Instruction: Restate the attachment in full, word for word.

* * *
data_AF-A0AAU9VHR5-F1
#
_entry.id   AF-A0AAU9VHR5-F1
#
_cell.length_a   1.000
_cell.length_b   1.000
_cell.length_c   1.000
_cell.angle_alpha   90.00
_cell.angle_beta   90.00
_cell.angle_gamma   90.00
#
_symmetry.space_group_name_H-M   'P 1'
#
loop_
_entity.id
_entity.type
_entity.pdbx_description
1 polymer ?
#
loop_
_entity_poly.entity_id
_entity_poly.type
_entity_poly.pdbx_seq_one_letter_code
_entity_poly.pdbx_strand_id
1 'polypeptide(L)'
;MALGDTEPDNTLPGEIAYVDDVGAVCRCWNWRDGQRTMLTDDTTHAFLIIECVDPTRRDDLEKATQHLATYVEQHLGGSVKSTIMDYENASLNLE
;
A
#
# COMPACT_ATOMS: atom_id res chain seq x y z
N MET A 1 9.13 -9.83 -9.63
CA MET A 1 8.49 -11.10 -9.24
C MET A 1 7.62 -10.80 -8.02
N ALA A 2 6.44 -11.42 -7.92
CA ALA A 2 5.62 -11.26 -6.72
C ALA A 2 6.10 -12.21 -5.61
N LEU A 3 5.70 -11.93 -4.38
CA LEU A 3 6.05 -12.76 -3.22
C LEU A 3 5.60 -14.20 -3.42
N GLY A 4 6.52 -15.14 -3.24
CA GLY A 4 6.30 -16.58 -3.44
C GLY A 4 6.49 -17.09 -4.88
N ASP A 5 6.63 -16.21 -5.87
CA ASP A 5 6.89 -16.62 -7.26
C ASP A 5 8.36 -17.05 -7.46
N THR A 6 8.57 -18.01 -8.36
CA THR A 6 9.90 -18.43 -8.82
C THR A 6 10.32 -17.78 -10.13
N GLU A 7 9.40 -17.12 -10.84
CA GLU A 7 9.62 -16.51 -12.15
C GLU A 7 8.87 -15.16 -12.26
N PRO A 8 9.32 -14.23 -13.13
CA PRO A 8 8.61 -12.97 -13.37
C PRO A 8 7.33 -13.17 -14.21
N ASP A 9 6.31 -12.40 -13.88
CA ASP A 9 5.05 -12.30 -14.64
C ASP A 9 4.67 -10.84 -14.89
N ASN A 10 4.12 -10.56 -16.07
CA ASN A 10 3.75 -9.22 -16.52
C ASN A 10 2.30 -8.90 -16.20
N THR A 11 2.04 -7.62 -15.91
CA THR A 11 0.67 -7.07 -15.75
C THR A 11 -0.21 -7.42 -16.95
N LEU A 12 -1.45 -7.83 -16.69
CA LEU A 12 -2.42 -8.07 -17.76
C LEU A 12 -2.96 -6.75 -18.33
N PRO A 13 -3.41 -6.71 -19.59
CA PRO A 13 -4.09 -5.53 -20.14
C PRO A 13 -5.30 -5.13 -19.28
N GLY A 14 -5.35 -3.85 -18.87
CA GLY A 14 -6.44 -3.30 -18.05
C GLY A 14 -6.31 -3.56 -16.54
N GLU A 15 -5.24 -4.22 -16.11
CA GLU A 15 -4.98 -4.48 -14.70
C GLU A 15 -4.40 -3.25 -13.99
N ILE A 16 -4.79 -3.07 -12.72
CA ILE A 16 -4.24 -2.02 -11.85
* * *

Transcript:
data_AF-A0AAU9VHR5-F1
#
_entry.id   AF-A0AAU9VHR5-F1
#
_cell.length_a   1.000
_cell.length_b   1.000
_cell.length_c   1.000
_cell.angle_alpha   90.00
_cell.angle_beta   90.00
_cell.angle_gamma   90.00
#
_symmetry.space_group_name_H-M   'P 1'
#
loop_
_entity.id
_entity.type
_entity.pdbx_description
1 polymer ?
#
loop_
_entity_poly.entity_id
_entity_poly.type
_entity_poly.pdbx_seq_one_letter_code
_entity_poly.pdbx_strand_id
1 'polypeptide(L)'
;MALGDTEPDNTLPGEIAYVDDVGAVCRCWNWRDGQRTMLTDDTTHAFLIIECVDPTRRDDLEKATQHLATYVEQHLGGSVKSTIMDYENASLNLE
;
A
#
# COMPACT_ATOMS: atom_id res chain seq x y z
N MET A 1 9.13 -9.83 -9.63
CA MET A 1 8.49 -11.10 -9.24
C MET A 1 7.62 -10.80 -8.02
N ALA A 2 6.44 -11.42 -7.92
CA ALA A 2 5.62 -11.26 -6.72
C ALA A 2 6.10 -12.21 -5.61
N LEU A 3 5.70 -11.93 -4.38
CA LEU A 3 6.05 -12.76 -3.22
C LEU A 3 5.60 -14.20 -3.42
N GLY A 4 6.52 -15.14 -3.24
CA GLY A 4 6.30 -16.58 -3.44
C GLY A 4 6.49 -17.09 -4.88
N ASP A 5 6.63 -16.21 -5.87
CA ASP A 5 6.89 -16.62 -7.26
C ASP A 5 8.36 -17.05 -7.46
N THR A 6 8.57 -18.01 -8.36
CA THR A 6 9.90 -18.43 -8.82
C THR A 6 10.32 -17.78 -10.13
N GLU A 7 9.40 -17.12 -10.84
CA GLU A 7 9.62 -16.51 -12.15
C GLU A 7 8.87 -15.16 -12.26
N PRO A 8 9.32 -14.23 -13.13
CA PRO A 8 8.61 -12.97 -13.37
C PRO A 8 7.33 -13.17 -14.21
N ASP A 9 6.31 -12.40 -13.88
CA ASP A 9 5.05 -12.30 -14.64
C ASP A 9 4.67 -10.84 -14.89
N ASN A 10 4.12 -10.56 -16.07
CA ASN A 10 3.75 -9.22 -16.52
C ASN A 10 2.30 -8.90 -16.20
N THR A 11 2.04 -7.62 -15.91
CA THR A 11 0.67 -7.07 -15.75
C THR A 11 -0.21 -7.42 -16.95
N LEU A 12 -1.45 -7.83 -16.69
CA LEU A 12 -2.42 -8.07 -17.76
C LEU A 12 -2.96 -6.75 -18.33
N PRO A 13 -3.41 -6.71 -19.59
CA PRO A 13 -4.09 -5.53 -20.14
C PRO A 13 -5.30 -5.13 -19.28
N GLY A 14 -5.35 -3.85 -18.87
CA GLY A 14 -6.44 -3.30 -18.05
C GLY A 14 -6.31 -3.56 -16.54
N GLU A 15 -5.24 -4.22 -16.11
CA GLU A 15 -4.98 -4.48 -14.70
C GLU A 15 -4.40 -3.25 -13.99
N ILE A 16 -4.79 -3.07 -12.72
CA ILE A 16 -4.24 -2.02 -11.85